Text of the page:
Understanding the societal trajectory induced by AI, and anticipating its directions so that we might apply it for achieving equity, is a sociological, ethical, legal, cultural, generational, educational, and political problem.
In 2020, our flagship ISTAS conference and the cosponsored conferences were huge successes, with record attendance, partly because going virtual allowed wider participation.
Crises expose the fragility and resilience of our sociotechnical systems – from healthcare to financial markets, internet connectivity, and local communities. Submissions are especially invited on but not limited to the following topics intersecting with COVID-19 and crises:
Video doorbells and related technologies, along with the data they generate, will continue to be abused, undermining the security of what is being pitched as a security technology.
We can perhaps accept Weil’s starting premise of obligations as fundamental concepts, based on which we can also reasonably accept her assertion that “obligations … all stem, without exception, from the vital needs of the human being.”
Examining how face recognition software is used to identify and sort citizenship within mechanisms like the Biometric Air Exit (BAE) is immensely important; alongside this, the process of how “citizen” and “noncitizen” is defined, as data points within larger mechanisms like the BAE, need to be made transparent.
Public Interest Technology (PIT) is defined as “technology practitioners who focus on social justice, the common good, and/or the public… Read More
Principles taught to STEM students state that “engineers must gain an understanding of all the issues surrounding a particular design challenge. These issues might include the need for the project, relevant social and economic conditions of the target population, and project constraints and requirements.” Engineers and problem-solvers are not the problem. Short-term thinking is the problem. Wishful thinking is the problem. “It will do for now” is the problem.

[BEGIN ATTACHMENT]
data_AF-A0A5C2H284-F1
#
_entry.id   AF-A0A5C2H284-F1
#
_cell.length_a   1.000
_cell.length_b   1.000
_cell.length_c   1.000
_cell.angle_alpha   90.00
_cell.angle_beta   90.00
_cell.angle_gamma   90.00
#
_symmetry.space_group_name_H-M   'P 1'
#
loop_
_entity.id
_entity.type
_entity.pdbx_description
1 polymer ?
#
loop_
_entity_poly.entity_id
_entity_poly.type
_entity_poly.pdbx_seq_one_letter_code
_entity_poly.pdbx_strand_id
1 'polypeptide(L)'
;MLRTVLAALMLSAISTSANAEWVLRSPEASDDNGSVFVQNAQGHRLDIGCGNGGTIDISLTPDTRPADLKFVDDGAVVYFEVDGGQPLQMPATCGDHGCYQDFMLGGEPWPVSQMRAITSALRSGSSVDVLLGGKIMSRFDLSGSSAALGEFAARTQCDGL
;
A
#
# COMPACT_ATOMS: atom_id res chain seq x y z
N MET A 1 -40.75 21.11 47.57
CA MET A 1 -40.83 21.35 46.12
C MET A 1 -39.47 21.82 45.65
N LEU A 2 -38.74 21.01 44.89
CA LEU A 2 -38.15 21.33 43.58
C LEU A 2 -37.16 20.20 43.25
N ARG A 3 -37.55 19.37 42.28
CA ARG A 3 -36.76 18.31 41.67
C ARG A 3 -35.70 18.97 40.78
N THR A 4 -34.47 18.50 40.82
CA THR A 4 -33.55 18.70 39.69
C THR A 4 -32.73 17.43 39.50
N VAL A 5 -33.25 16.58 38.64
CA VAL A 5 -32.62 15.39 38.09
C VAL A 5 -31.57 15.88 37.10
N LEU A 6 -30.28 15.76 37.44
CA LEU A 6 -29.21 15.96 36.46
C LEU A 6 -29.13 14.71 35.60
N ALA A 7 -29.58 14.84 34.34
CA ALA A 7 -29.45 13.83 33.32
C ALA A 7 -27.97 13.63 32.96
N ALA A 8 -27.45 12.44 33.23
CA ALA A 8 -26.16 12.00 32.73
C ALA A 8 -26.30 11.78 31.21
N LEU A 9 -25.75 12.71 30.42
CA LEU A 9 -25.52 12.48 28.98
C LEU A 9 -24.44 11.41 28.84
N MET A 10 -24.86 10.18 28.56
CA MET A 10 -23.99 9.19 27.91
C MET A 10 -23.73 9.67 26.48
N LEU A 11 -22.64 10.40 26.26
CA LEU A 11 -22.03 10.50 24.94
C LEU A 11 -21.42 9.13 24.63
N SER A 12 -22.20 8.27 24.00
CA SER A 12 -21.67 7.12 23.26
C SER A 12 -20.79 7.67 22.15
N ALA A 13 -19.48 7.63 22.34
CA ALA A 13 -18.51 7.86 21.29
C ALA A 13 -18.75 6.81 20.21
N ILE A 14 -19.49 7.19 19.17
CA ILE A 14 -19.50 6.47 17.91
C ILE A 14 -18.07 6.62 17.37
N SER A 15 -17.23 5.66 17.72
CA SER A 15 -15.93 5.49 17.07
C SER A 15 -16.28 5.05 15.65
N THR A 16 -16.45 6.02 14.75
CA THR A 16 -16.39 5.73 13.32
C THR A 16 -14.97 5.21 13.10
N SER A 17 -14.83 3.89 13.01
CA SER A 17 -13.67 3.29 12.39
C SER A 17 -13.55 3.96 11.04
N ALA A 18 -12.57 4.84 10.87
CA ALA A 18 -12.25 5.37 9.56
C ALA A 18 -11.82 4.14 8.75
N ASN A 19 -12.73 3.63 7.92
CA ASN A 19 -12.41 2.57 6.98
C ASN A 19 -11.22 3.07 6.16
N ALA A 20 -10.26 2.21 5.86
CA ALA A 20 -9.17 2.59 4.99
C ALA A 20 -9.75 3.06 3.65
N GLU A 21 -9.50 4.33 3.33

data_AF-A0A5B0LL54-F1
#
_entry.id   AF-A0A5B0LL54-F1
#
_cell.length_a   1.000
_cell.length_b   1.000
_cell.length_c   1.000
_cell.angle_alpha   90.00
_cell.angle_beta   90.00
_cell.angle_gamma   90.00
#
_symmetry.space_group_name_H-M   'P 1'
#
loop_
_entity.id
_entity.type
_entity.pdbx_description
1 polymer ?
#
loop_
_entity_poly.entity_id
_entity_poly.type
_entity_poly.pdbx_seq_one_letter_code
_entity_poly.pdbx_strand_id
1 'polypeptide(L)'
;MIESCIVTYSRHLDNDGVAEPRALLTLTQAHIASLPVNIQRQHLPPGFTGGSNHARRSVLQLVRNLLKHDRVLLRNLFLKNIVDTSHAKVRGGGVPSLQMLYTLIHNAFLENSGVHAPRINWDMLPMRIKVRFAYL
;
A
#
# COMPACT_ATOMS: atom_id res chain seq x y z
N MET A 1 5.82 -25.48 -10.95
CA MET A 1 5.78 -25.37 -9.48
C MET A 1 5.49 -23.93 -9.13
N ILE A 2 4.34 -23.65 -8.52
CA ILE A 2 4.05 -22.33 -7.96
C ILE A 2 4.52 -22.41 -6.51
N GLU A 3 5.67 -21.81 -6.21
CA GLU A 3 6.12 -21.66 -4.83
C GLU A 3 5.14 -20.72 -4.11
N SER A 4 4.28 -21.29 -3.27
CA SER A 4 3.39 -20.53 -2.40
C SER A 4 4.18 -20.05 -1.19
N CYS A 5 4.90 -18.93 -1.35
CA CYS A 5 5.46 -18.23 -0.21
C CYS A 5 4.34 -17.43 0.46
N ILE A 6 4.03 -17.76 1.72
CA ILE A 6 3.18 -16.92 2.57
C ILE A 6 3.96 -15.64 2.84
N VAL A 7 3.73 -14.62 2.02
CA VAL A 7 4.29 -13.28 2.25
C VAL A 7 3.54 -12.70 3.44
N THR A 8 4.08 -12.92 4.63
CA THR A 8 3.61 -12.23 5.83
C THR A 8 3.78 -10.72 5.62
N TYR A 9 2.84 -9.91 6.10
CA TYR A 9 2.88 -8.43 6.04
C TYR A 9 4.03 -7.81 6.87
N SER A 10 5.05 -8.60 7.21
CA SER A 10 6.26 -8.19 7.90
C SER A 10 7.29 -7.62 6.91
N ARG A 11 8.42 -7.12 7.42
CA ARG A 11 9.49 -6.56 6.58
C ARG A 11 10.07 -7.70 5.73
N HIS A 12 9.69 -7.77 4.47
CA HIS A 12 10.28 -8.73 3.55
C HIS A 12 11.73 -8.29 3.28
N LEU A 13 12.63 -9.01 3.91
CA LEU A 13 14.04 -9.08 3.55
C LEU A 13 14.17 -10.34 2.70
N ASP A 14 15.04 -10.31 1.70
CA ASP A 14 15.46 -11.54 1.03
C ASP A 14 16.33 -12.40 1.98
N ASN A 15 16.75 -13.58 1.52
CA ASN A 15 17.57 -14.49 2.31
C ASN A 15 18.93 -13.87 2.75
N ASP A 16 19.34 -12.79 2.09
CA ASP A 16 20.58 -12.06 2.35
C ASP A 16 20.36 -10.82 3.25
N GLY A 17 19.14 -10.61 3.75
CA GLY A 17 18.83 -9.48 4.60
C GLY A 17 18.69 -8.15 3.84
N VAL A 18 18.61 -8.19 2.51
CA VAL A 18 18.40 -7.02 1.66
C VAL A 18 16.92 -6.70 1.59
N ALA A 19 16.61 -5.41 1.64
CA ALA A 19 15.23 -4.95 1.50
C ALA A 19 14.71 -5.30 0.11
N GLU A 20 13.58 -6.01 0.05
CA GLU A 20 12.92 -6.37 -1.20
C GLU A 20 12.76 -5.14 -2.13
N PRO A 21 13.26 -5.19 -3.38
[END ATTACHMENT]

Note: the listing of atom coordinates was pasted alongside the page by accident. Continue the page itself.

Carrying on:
Albright’s book focuses on a group of Americans who live a life of digital hyper-connectivity. Mostly under age 50, this would include what are called Generation X (born between 1965 and 1979), Millennials (born between 1980 and 1999), and their offspring — some, as we have seen, still infants.
Contemporary circumstances in the United States, both in broader politics, recent protest movements around police brutality, and in the demographics of engineering education, have prompted us to look for new ways to bring theory on gender, race, and class to audiences who would not normally consider it their usual reading.
An anonymous donor will match any donation to SSIT up to a total of $5K donated before the end of the year. This matching gift would result in a total of $15K to SSIT.
Technological determinism is a myth; there are always underlying economic motivations for emergence of new technologies. The idea that technology leads development is not necessarily true, for example, con-sider AI. It has been a topic of inter-est to researchers for decades, but only recently has the funding caught up, matching the motivation and enabling the development of AI-ori-ented technologies to really take off.